Explosion in Northern China: Six Bombs Go Off Outside Communist Party Building In Shanxi Province

on November 06 2013 12:09 PM

At least one person has died after a series of six bombs went off outside of a provincial Communist Party office building in northern China. State media is reporting that at least eight people have also been injured as a result of the blasts, which took place in Taiyuan, located in Shanxi province.

State-run Xinhua News Agency, reported that the explosions were caused by what appear to be home-made bombs. “Judging by steel ball bearings scattered through the scene, [authorities] suspect an improvised explosive device,” the report said. “Right now the police have blocked off the scene and the incident is under investigation.”

Police are reporting that the explosions reportedly went off in the middle of morning rush hour, at around 7:40am local time, with most of the timer-equipped bombs being placed along the building’s perimeter of hedges. According to the Telegraph, one of the bombs was placed in an ornamental potted plant just 30 feet away from the building's main gate.

While the bombs went off outside the building, it is believed that the government officials were still the main target of the attack. “They must have been timed for when government officials begin to arrive at work,” one local resident and witness, who declined to be named, said in the report. “If they wanted to hurt the public, they would have left them outside the bus station.”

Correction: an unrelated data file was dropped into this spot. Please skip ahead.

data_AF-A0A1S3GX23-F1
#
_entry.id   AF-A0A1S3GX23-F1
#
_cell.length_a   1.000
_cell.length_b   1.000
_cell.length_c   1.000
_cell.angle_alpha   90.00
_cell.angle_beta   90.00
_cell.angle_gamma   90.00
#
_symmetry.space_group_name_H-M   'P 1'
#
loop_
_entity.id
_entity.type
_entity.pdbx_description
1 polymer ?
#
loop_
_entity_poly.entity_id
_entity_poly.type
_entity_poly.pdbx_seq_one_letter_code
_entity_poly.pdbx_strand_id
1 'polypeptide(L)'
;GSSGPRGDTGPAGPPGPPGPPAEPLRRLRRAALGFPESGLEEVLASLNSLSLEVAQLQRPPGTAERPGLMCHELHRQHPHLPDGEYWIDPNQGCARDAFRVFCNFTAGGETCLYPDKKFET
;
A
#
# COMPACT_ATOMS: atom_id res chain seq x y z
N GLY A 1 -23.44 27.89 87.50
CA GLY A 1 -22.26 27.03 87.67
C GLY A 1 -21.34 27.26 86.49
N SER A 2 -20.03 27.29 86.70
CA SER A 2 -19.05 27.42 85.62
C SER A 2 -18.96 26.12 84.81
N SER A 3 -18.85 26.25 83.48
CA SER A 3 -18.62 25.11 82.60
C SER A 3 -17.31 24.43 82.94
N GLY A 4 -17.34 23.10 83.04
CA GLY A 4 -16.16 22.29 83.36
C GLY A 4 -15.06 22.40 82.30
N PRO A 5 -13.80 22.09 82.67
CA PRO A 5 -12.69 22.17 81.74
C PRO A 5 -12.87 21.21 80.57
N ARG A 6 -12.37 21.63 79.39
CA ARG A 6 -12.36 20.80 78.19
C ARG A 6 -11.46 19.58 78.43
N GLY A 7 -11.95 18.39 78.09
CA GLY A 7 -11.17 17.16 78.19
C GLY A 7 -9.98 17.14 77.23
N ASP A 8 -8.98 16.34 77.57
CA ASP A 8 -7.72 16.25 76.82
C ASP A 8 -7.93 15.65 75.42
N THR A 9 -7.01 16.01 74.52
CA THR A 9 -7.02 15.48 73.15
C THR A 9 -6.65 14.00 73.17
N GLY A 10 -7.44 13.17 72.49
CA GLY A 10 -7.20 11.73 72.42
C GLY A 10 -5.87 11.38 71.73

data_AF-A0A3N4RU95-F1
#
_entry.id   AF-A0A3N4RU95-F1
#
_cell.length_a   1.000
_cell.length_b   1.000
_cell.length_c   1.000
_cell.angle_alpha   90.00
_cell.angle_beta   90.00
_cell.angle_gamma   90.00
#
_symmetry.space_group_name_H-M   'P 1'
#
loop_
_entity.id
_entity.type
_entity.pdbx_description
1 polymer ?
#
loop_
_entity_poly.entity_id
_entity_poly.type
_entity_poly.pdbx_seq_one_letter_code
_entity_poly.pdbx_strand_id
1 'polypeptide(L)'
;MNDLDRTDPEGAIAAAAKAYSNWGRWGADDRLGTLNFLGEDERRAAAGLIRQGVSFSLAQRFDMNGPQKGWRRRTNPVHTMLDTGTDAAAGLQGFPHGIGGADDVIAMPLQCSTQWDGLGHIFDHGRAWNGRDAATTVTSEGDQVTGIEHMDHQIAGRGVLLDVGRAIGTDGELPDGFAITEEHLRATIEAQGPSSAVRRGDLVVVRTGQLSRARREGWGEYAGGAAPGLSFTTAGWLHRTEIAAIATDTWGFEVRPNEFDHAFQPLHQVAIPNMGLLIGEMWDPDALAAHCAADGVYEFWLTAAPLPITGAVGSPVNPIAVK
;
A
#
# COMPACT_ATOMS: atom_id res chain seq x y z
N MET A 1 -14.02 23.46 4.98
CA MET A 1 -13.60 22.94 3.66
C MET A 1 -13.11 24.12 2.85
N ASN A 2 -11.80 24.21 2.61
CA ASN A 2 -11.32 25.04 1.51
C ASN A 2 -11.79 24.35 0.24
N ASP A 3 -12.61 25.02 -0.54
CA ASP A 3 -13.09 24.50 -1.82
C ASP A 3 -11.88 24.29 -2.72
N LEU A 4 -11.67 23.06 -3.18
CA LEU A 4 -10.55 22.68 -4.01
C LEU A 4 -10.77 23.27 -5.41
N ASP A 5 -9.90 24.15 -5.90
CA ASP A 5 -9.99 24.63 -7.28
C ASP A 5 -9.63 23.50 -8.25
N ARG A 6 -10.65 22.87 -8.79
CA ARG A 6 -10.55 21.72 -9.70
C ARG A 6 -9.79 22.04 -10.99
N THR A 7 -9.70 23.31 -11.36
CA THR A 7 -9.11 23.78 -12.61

“They went off one after another, with a 20-second interval: bang, bang, bang,” he said.

The victim of the explosion has yet to be identified, but other bystanders are suggesting it may have been an elderly woman who was walking her grandson to school, on the other side of the street. The bombs, though homemade, were still quite technologically advanced and had some significant power. Shrapnel from the explosion had a radius of about 100 feet (30 meters).

The explosion comes at a particularly sensitive time in China. Just last week, a white jeep exploded in Beijing’s Tiananmen Square, killing five and injuring several others. The explosion has since been deemed to be a “terrorist attack” by Chinese state media. At the same time, China’s top leaders are gathering in Beijing for the Third Plenum meeting, where the central government will essentially forecast the country’s economic strategies.

A 53-year old man near the scene going by the last name Ma says that many people in Taiyuan are angry, and unhappiness has been mounting for years. “There are so many groups of people who would have a reason to do this,” Ma said. “Lots of people in the city are angry. I remember once there was an attack on the building by 500 people, and another time I photographed a woman who managed to get inside the compound before she was dragged away. The police came to me and made me delete the picture.”

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